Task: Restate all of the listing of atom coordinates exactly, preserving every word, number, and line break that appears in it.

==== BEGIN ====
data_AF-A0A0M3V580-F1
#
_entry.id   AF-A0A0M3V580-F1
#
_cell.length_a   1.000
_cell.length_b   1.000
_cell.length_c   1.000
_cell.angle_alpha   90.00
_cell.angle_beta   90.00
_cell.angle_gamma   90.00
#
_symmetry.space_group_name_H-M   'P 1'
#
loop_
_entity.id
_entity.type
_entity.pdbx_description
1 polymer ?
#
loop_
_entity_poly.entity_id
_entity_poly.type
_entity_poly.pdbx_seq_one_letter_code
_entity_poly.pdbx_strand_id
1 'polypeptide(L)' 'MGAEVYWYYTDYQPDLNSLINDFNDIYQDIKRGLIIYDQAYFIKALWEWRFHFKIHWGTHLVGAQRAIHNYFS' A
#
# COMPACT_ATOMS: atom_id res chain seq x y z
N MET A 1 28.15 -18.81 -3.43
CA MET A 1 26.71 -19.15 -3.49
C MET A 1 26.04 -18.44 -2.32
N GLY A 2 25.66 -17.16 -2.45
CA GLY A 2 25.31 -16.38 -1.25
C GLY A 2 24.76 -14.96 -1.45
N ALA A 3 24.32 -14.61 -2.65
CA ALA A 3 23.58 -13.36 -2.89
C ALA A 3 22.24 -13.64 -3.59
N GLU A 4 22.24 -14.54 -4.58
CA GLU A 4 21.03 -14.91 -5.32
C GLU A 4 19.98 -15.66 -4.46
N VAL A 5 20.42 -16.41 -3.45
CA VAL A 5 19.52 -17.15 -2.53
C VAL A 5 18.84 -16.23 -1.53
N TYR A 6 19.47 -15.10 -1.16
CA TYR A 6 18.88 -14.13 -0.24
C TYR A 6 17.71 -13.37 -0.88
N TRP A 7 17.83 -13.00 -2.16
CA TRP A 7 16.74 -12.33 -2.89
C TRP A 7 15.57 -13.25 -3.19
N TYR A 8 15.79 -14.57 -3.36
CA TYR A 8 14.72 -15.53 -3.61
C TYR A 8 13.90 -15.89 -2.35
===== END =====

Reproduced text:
data_AF-A0A0M3V580-F1
#
_entry.id   AF-A0A0M3V580-F1
#
_cell.length_a   1.000
_cell.length_b   1.000
_cell.length_c   1.000
_cell.angle_alpha   90.00
_cell.angle_beta   90.00
_cell.angle_gamma   90.00
#
_symmetry.space_group_name_H-M   'P 1'
#
loop_
_entity.id
_entity.type
_entity.pdbx_description
1 polymer ?
#
loop_
_entity_poly.entity_id
_entity_poly.type
_entity_poly.pdbx_seq_one_letter_code
_entity_poly.pdbx_strand_id
1 'polypeptide(L)' 'MGAEVYWYYTDYQPDLNSLINDFNDIYQDIKRGLIIYDQAYFIKALWEWRFHFKIHWGTHLVGAQRAIHNYFS' A
#
# COMPACT_ATOMS: atom_id res chain seq x y z
N MET A 1 28.15 -18.81 -3.43
CA MET A 1 26.71 -19.15 -3.49
C MET A 1 26.04 -18.44 -2.32
N GLY A 2 25.66 -17.16 -2.45
CA GLY A 2 25.31 -16.38 -1.25
C GLY A 2 24.76 -14.96 -1.45
N ALA A 3 24.32 -14.61 -2.65
CA ALA A 3 23.58 -13.36 -2.89
C ALA A 3 22.24 -13.64 -3.59
N GLU A 4 22.24 -14.54 -4.58
CA GLU A 4 21.03 -14.91 -5.32
C GLU A 4 19.98 -15.66 -4.46
N VAL A 5 20.42 -16.41 -3.45
CA VAL A 5 19.52 -17.15 -2.53
C VAL A 5 18.84 -16.23 -1.53
N TYR A 6 19.47 -15.10 -1.16
CA TYR A 6 18.88 -14.13 -0.24
C TYR A 6 17.71 -13.37 -0.88
N TRP A 7 17.83 -13.00 -2.16
CA TRP A 7 16.74 -12.33 -2.89
C TRP A 7 15.57 -13.25 -3.19
N TYR A 8 15.79 -14.57 -3.36
CA TYR A 8 14.72 -15.53 -3.61
C TYR A 8 13.90 -15.89 -2.35